Optimal units of selection – how many plants are representative of diversity in collections of cowpea landrace accessions?
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Hearne, S., Franco, J. & Magembe, E. (2010). Optimal units of selection–How many plants are representative of diversity in collections of cowpea landrace accessions. In Proceedings of the Fifth World Cowpea Conference on improving livelihoods in the cowpea value chain through advancement in science, held in Saly: Innovative research along the cowpea value chain, (pp. 105-111), 27 Sept. - 1 October, Ibadan, Nigeria.
Permanent link to cite or share this item: https://hdl.handle.net/10568/90653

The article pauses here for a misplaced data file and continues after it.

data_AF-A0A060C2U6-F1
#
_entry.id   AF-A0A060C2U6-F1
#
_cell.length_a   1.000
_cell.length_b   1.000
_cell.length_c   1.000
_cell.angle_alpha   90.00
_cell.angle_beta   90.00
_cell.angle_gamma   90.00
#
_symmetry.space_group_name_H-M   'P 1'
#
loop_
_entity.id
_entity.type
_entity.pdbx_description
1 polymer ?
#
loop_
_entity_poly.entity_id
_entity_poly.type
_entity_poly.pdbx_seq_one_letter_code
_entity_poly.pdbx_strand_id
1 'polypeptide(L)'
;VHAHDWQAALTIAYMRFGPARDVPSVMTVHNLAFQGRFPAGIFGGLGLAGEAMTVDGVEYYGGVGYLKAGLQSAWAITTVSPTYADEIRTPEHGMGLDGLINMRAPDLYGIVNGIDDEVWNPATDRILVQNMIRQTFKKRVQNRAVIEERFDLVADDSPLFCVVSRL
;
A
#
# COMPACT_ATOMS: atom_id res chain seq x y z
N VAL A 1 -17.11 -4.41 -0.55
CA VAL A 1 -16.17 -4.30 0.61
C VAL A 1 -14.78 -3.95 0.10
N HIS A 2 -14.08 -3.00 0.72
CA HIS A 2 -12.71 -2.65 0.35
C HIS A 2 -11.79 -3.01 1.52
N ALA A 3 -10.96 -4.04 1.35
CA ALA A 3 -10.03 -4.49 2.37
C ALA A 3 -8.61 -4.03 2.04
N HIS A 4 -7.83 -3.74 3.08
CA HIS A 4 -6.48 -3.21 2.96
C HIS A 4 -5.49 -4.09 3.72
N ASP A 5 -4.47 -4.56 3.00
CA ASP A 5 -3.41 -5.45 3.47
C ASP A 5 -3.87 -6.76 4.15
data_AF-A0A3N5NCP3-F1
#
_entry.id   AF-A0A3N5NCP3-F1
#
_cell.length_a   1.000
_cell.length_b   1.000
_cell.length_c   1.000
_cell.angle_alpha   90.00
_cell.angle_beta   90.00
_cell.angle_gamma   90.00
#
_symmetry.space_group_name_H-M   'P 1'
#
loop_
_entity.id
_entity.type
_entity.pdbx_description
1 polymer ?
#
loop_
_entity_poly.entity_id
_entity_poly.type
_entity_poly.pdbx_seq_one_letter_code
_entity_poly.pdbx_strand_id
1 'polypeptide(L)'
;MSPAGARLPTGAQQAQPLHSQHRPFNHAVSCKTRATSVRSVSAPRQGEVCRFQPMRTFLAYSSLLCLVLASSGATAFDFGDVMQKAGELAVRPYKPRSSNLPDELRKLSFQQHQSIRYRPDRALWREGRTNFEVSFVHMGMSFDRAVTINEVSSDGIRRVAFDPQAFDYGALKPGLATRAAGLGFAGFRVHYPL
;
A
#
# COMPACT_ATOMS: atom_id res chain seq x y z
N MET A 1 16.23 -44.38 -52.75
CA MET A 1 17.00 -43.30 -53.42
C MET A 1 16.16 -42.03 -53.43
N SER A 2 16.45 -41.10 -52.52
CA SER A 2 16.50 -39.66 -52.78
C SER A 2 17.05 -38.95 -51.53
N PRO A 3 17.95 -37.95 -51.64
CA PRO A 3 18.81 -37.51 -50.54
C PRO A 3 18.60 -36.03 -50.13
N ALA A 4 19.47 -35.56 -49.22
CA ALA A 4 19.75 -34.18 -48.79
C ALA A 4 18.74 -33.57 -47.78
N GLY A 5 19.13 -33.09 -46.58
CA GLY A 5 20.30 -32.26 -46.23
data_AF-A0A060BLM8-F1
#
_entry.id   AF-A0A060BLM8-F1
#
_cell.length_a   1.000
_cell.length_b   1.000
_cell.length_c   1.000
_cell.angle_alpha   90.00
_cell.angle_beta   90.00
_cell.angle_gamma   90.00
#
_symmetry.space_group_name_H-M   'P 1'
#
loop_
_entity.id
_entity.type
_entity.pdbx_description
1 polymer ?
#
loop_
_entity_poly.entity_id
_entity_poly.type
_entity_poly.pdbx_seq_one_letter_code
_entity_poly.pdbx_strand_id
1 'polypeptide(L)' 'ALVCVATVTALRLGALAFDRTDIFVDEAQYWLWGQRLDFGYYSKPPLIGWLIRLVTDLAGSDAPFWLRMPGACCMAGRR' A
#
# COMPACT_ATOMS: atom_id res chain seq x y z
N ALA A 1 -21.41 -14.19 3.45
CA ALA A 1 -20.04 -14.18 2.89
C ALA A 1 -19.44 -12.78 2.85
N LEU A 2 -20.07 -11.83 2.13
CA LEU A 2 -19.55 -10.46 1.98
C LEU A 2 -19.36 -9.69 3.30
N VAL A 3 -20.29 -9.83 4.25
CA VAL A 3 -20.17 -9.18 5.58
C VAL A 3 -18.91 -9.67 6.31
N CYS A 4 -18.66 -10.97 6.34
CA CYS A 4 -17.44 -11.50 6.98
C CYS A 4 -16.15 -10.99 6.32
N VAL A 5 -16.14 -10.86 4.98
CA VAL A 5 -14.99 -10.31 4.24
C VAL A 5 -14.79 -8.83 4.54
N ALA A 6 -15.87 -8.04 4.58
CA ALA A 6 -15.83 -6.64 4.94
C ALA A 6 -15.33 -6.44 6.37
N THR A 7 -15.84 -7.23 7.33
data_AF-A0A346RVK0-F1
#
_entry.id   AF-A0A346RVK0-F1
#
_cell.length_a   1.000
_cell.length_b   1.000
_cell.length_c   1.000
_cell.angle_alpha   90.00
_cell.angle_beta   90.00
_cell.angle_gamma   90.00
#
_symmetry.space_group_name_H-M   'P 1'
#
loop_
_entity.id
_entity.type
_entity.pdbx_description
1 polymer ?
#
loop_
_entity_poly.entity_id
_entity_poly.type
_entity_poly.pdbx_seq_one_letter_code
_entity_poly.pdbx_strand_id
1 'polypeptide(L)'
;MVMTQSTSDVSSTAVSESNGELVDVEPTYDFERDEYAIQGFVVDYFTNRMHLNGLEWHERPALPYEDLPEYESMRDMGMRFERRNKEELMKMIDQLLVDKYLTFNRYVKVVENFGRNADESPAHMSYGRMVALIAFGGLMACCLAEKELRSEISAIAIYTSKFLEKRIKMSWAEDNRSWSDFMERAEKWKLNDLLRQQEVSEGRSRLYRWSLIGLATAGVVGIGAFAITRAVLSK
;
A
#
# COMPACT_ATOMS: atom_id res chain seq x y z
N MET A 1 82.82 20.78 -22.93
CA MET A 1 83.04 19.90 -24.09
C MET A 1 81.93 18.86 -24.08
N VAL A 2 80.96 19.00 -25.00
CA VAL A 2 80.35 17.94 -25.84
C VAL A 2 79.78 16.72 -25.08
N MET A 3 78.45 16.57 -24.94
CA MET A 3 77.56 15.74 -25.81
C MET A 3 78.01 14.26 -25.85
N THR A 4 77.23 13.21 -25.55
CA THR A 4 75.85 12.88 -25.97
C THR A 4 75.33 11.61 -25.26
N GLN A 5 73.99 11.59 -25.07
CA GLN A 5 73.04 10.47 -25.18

The International Institute of Tropical Agriculture houses the largest collection of cowpea landraces in the world. This collection has been studied using agro morphological, botanical and geographic descriptors to define a core collection with a smaller reference collection being defined thereafter using molecular markers. Within any collection of germplasm it is important to understand the level of inbreeding and heterogeneity as these have direct impact on germplasm maintenance strategies and sampling numbers for utilization and study of collections. Cowpea is primarily an autogamous species though outcrossing does occur and rates up to 5% have been recorded in cultivated species. In order to assess the level of inbreeding and heterogeneity within the cowpea collection at IITA we conducted a study sampling 100 landraces and assessing ten plants per landrace, inbreeding levels and diversity were assessed using SSR markers. Analysis of the intra accession variation indicated that inbreeding in the cowpea accessions studied was not as complete as may have previously been assumed. In addition, it was observed that analysis of 5 plants per accession would provide a more precise measure of diversity than the one typically used. However, while increasing the numbers of plants genotyped per accession in would give a more accurate representation of diversity, the contribution of this information to our knowledge would be extremely slight and questionably inefficient.